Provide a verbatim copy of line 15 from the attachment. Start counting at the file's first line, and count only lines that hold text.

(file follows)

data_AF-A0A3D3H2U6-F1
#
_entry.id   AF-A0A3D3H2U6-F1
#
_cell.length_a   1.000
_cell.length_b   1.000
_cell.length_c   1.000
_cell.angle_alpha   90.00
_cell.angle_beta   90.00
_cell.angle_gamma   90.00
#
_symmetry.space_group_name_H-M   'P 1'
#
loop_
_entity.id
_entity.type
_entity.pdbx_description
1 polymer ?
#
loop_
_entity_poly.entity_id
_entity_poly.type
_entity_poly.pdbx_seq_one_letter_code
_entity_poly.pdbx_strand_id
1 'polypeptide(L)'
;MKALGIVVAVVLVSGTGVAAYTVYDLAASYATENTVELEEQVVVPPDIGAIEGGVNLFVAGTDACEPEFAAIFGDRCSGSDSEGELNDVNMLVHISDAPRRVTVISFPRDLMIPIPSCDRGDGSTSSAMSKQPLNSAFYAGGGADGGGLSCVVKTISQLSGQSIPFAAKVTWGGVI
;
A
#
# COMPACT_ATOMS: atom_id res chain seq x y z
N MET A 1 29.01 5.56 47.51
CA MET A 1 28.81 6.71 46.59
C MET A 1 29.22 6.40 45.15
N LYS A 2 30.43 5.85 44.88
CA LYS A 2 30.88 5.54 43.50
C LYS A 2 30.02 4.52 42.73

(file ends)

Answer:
_entity.id